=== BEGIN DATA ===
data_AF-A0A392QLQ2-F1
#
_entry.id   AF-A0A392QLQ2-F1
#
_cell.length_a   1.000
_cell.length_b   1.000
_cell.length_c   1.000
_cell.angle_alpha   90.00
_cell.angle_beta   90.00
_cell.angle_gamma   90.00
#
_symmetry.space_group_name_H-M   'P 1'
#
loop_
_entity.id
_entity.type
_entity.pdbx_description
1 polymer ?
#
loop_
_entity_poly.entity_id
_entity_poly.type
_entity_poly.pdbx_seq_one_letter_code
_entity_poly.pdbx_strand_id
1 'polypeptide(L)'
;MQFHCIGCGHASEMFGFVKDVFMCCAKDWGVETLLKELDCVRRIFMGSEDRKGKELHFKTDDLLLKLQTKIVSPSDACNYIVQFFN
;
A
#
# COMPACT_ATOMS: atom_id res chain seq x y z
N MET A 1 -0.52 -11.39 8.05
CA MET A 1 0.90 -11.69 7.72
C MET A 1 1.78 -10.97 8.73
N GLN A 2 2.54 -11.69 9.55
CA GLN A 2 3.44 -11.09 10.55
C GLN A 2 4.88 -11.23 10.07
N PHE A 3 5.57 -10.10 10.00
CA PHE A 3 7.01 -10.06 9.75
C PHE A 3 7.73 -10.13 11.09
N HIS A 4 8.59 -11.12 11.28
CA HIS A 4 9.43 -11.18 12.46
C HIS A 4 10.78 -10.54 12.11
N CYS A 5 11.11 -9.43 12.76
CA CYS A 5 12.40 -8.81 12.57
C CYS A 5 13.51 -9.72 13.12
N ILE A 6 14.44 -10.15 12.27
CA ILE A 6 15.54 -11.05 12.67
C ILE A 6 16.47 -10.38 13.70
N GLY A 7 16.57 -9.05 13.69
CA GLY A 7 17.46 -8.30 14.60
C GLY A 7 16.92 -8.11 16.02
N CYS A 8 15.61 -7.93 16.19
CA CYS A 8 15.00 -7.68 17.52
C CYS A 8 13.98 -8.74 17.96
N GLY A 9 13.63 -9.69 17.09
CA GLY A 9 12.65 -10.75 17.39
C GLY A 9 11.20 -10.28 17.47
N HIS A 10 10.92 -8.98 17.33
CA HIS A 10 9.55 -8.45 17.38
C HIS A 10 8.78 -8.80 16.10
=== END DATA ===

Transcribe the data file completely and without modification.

data_AF-A0A392QLQ2-F1
#
_entry.id   AF-A0A392QLQ2-F1
#
_cell.length_a   1.000
_cell.length_b   1.000
_cell.length_c   1.000
_cell.angle_alpha   90.00
_cell.angle_beta   90.00
_cell.angle_gamma   90.00
#
_symmetry.space_group_name_H-M   'P 1'
#
loop_
_entity.id
_entity.type
_entity.pdbx_description
1 polymer ?
#
loop_
_entity_poly.entity_id
_entity_poly.type
_entity_poly.pdbx_seq_one_letter_code
_entity_poly.pdbx_strand_id
1 'polypeptide(L)'
;MQFHCIGCGHASEMFGFVKDVFMCCAKDWGVETLLKELDCVRRIFMGSEDRKGKELHFKTDDLLLKLQTKIVSPSDACNYIVQFFN
;
A
#
# COMPACT_ATOMS: atom_id res chain seq x y z
N MET A 1 -0.52 -11.39 8.05
CA MET A 1 0.90 -11.69 7.72
C MET A 1 1.78 -10.97 8.73
N GLN A 2 2.54 -11.69 9.55
CA GLN A 2 3.44 -11.09 10.55
C GLN A 2 4.88 -11.23 10.07
N PHE A 3 5.57 -10.10 10.00
CA PHE A 3 7.01 -10.06 9.75
C PHE A 3 7.73 -10.13 11.09
N HIS A 4 8.59 -11.12 11.28
CA HIS A 4 9.43 -11.18 12.46
C HIS A 4 10.78 -10.54 12.11
N CYS A 5 11.11 -9.43 12.76
CA CYS A 5 12.40 -8.81 12.57
C CYS A 5 13.51 -9.72 13.12
N ILE A 6 14.44 -10.15 12.27
CA ILE A 6 15.54 -11.05 12.67
C ILE A 6 16.47 -10.38 13.70
N GLY A 7 16.57 -9.05 13.69
CA GLY A 7 17.46 -8.30 14.60
C GLY A 7 16.92 -8.11 16.02
N CYS A 8 15.61 -7.93 16.19
CA CYS A 8 15.00 -7.68 17.52
C CYS A 8 13.98 -8.74 17.96
N GLY A 9 13.63 -9.69 17.09
CA GLY A 9 12.65 -10.75 17.39
C GLY A 9 11.20 -10.28 17.47
N HIS A 10 10.92 -8.98 17.33
CA HIS A 10 9.55 -8.45 17.38
C HIS A 10 8.78 -8.80 16.10